We have been informed by our e-mail service provider, Epsilon, that your e-mail address was exposed by unauthorized entry into their system. Epsilon sends e-mails on our behalf to McKinsey Quarterly users who have opted to receive e-mail communications from us.

We have been assured by Epsilon that the only information that was obtained was your first name, last name and e-mail address and that the files that were accessed did not include any other information. We are actively working to confirm this. We do not store any credit card numbers, social security numbers, or other personally identifiable information of our users, so we can assure you that no such information was accessed.

Please note, it is possible you may receive spam e-mail messages as a result. We want to urge you to be cautious when opening links or attachments from unknown third parties. Also know that McKinsey Quarterly will not send you e-mails asking for your credit card number, social security number or other personally identifiable information. So if you are ever asked for this information, you can be confident it is not from McKinsey.

We regret this has taken place and apologize for any inconvenience this may have caused you. We take your privacy very seriously, and we will continue to work diligently to protect your personal information.

If you have any questions or concerns, please contact McKinsey Quarterly at For any media inquiries, please contact Humphrey Rolleston at +1-212-415-5321.


Rik Kirkland
Senior Managing Editor
McKinsey & Company

How can businesses make this bad news land better?

As discussed in my previous post, businesses need to be open, honest and complete from the outset. Customers have the right to know EXACTLY what happened to their data, why it happened, and to be told what steps have been taken to ensure that the risk of it happening again has been minimised.

And when they do so, please use plain English- “Exposed by unauthorised entry” means nothing, and gives me no confidence that this can’t happen again:

  • Did a rogue employee leave a USB stick on the bus? If so, tell me.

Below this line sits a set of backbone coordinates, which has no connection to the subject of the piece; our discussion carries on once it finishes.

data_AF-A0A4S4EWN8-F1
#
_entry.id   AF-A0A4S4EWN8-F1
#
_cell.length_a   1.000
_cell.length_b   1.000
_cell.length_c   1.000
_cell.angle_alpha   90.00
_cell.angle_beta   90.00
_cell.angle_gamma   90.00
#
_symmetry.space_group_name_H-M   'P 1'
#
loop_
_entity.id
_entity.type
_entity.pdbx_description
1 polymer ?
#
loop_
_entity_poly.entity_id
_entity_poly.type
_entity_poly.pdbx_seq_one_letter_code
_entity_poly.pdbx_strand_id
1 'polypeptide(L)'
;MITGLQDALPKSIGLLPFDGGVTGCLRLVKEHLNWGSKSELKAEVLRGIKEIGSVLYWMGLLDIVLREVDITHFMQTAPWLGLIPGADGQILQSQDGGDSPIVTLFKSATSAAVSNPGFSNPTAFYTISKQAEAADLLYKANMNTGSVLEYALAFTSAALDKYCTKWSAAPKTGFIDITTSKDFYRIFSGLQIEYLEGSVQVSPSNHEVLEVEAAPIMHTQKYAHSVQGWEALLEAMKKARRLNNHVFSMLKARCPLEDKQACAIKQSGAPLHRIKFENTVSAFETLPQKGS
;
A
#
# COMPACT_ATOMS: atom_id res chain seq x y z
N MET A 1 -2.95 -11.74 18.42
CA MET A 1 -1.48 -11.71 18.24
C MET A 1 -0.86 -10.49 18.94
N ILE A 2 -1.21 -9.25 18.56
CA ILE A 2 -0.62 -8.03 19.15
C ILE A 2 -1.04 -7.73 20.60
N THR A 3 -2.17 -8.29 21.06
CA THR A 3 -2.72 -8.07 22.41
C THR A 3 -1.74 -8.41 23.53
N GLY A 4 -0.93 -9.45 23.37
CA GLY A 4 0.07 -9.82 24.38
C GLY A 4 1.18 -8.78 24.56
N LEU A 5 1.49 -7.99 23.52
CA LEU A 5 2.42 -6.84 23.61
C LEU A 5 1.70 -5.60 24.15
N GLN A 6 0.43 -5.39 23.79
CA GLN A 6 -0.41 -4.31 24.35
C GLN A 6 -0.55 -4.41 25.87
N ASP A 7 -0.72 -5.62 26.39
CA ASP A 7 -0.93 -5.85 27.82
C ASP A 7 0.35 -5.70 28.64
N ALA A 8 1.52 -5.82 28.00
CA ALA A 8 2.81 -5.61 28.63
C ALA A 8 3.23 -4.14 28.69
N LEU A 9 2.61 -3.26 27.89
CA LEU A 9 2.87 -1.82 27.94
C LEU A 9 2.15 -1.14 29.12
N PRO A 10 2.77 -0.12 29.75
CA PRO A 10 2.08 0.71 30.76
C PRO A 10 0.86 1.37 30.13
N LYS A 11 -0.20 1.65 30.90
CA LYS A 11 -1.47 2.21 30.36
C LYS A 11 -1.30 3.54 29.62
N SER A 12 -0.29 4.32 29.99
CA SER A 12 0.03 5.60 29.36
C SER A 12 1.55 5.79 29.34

• Did someone hack into your systems? If so, tell me.
  • Have law enforcement been informed? If so/not, why?
  • And most importantly, what are you doing to make sure the chances of this happening again have been mitigated? 

Where will this end?

If these high-profile ‘breaches’, ‘exposures’ and ‘compromises’ continue, then the foundation of permission-based marketing will be rapidly eroded- trust.

I trust brands to look after my data responsibly. I hold them accountable for keeping this safe, including any arrangement they have with any 3rd party supplier. So when something goes wrong, don’t I have the right to be reassured that it won’t happen again? If not legislatively, then morally?

“Trust is like a vase…once it’s broken, though you can fix it, the vase will never be the same again”

(Author unknown)

Guess what happened to your email data?

Information security has been high on the agenda over the last week or so, following two high-profile data protection breaches by established and trusted online brands. Last Monday 21st March at 23.04, I received the following email from PLAY.COM

Dear Customer,

Email Security Message
We are emailing all our customers to let you know that a company that handles part of our marketing communications has had a security breach. Unfortunately this has meant that some customer names and email addresses may have been compromised.
We take privacy and security very seriously and ensure all sensitive customer data is protected.  Please be assured this issue has occurred outside of and no other personal customer information has been involved. 
Please be assured we have taken every step to ensure this doesn’t happen again and accept our apologies for any inconvenience this may have caused some of you.
Customer Advice
Please do be vigilant with your email and personal information when using the internet. At we will never ask you for information such as passwords, bank account details or credit card numbers. If you receive anything suspicious in your email, please do not click on any links and forward the email on to for us to investigate.
Thank you for continuing to shop at and we look forward to serving you in the future. Customer Service Team